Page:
The Cato Institute, also based in the US, caught the eye of the judges for its recent book on the legalisation of drugs, The Fire Next Door. The book maintains that the US’s prohibition of narcotics has empowered the drug cartels in Mexico with disastrous effects. The only solution now, it argued, is to legalise drugs. The judges were impressed by the book’s thoroughness and the intellectual flexibility that it suggested.

However, the International Publication of the Year category was won by Carnegie Europe, the European arm of the Carnegie Endowment, for its report “Press Freedom in Turkey.” This was a thorough and prescient examination of the control exerted on journalists by Ankara. The report was impressive and timely, given the demonstrations in Gezi Park and Taksim Square.

North American Think Tank of the Year

In the US, the Peterson Institute was considered immensely impressive, with extensive access and influence on US policy. However, one judge suggested that, now the first signs of economic recovery are appearing in the US, it is not certain that the Peterson has lifted its gaze from the financial crisis to questions of growth.

The Brookings Institution report, “The Thistle and the Drone,” explored the relations between central governments and tribal societies on their periphery—germane now that the Afghan and US governments have decided to negotiate with the Taliban. For this and other work, the judges felt that Brookings was the  runner-up in the category.

But the winner of this year’s North American Think Tank Award was Third Way. A newcomer to the US think tank scene, founded in 2005 and still small, Third Way has had influence on the Obama team and was quick to home in on the plight of low to middle-income families and the difficulties they face in times of economic stagnation. The judges credited Third Way with making a real impact on debate in the centre ground of American politics, an arena which has seemed vanishingly small in recent years. They felt it was an organisation charged with a sense of urgency; one described their output as “really sexy,” while another commented: “I like the bottom-up approach, and signs of innovation in a crowded and very rich think tank scene.”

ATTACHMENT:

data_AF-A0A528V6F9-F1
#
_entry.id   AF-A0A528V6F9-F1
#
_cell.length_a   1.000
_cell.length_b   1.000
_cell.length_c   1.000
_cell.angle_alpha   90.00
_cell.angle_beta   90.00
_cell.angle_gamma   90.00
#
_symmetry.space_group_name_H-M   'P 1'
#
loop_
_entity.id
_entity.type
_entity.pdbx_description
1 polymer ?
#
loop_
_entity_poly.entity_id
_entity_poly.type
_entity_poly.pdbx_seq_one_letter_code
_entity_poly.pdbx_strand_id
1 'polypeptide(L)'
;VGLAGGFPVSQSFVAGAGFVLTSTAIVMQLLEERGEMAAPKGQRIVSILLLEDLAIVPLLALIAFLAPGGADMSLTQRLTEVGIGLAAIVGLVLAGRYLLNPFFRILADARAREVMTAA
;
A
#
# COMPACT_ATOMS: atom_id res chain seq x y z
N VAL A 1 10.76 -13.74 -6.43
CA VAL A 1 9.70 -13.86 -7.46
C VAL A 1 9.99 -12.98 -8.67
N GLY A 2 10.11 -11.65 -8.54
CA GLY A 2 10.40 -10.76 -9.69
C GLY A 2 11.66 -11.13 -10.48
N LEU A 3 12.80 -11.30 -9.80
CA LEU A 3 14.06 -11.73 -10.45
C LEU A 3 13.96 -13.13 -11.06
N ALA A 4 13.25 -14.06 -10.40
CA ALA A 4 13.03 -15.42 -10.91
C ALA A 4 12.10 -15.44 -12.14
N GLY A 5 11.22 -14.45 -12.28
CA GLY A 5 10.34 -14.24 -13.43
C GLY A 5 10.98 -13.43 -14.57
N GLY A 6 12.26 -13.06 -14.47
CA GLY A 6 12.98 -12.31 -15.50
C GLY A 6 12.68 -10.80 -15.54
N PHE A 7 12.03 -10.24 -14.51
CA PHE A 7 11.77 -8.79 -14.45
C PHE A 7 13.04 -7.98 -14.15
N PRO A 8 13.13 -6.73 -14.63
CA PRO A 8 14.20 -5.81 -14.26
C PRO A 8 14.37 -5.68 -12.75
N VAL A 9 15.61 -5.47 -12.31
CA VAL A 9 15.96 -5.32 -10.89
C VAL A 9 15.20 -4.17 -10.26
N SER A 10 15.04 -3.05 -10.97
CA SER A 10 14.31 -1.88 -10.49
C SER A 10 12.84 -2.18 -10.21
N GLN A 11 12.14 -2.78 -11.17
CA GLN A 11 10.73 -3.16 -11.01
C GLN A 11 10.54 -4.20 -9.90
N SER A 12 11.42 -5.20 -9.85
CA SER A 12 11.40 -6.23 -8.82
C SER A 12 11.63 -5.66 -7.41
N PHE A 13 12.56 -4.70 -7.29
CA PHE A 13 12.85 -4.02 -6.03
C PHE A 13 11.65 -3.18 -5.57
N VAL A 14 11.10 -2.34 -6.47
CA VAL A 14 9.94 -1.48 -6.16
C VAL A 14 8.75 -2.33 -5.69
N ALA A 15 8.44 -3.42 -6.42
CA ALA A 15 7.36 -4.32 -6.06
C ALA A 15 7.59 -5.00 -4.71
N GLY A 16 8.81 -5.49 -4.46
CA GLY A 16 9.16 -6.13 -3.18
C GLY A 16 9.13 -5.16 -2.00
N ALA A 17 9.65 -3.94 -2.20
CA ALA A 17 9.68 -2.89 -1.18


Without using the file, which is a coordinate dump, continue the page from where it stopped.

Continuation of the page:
European Think Tank of the Year

This award is open to think tanks based in Europe, other than those in the UK. The winner in this category last year was Bruegel, the Brussels-based think tank which was a strong contender again this year. Its analysis of the economic challenges facing the eurozone remains strong and highly sophisticated, especially on the question of European banking union.

The Centre for European Policy Studies was runner-up. The organisation has had a “high relevance to critical issues in the euro crisis,” according to one judge. Its analysis of the European banking system and the importance it has placed on more thorough banking supervision has put it right at the heart of the European debate, a position that it has occupied with great authority.